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BW Businessworld

Beyond The Pink Press

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If  you are a regular reader of the business press in this country, you would know that there is a marked tendency to give a “positive spin” to most things. “All is well,” is a mantra often espoused.

But anyone who has some understanding of the Indian economy knows where to look for data and would know that beneath all the foundation and the lipstick, there are big cracks. And these cracks might soon start to hurt.
 
Mihir S. Sharma’s Restart is one big rant on those big cracks (Well, if the business press is not ranting, someone’s got to do so). Sample this: Every year up till 2030, 13 million Indians will enter the workforce. To give each one of them a job, jobs need to grow 3 per cent every year. Since 1991, they have been growing only at 1.6 per cent a year. In fact, as last financial year’s Economic Survey points out, for the shorter period between 2004 and 2011, job growth has been at a minuscule 0.5 per year a  year.
 
So, the pink papers may be jumping up and down about the large number of jobs being offered by firms at college campuses, the overall reality is different.
Vivek Kaul
 
Then, there is the case of Indian agriculture employing too many people. As Sharma writes: “According to the last Census, in 2011, 55 per cent of India — over half — worked in agriculture. The sector, however, provided less than 15 per cent of India’s gross national product. So, in other words, farms employed most of India’s people but produced very little.” This has led to a situation where only 17 per cent of the people who  worked on farms survived only on money they made from their farm. Everyone else did some extra work.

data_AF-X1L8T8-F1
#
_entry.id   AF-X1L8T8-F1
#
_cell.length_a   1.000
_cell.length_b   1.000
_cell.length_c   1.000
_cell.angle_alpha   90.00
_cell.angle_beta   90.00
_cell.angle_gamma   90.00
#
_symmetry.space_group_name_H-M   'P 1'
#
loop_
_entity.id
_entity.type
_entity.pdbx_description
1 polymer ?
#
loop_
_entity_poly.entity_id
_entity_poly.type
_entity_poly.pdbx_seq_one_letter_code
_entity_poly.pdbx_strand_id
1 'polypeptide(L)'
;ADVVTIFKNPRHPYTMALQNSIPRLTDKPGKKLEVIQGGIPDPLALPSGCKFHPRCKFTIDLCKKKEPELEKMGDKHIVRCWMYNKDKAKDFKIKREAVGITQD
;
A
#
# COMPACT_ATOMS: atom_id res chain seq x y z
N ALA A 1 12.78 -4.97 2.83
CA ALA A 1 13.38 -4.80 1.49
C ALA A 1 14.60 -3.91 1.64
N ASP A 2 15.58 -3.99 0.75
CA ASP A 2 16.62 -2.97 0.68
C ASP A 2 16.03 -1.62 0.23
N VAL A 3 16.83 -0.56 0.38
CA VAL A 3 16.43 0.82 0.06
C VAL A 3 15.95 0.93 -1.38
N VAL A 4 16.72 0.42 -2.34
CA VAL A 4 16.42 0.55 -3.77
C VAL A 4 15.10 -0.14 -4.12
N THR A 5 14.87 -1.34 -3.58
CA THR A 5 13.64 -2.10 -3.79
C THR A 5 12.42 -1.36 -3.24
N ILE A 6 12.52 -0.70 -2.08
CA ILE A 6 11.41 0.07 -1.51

The solution is to move people away from agriculture and into factories. Sharma suggests that the farmers understand this. Nevertheless, India is not building as many factories as it should. In fact, the manufacturing revolution has given this country a complete skip. As Sharma puts it: “We even sell the absence of a manufacturing sector as a brilliant innovation.”

And there are multiple reasons for why India does not really have a manufacturing sector. The labour laws are archaic, ensuring firms start small and continue to stay small. The crony capitalists are not used to paying for factors of production. And Indian politicians have never bothered to explain the importance of economic reform to the citizens.

If India’s demographic dividend has to remain a demographic dividend, this needs to be set right. Sharma goes into some detail explaining on what needs to be done.

To conclude, Restart is a good read for any one wanting to know about the real state of the Indian economy. On the flip side, in order to make the book read like an economic thriller, Sharma let’s the journalist in him override the economist in him and makes way too many generalisations. That could have been avoided. At the same time a book of this kind could have done with a little more data and number crunching. 

The writer is the author of Easy Money trilogy (Sage) [email protected]

(This story was published in BW | Businessworld Issue Dated 06-04-2015)


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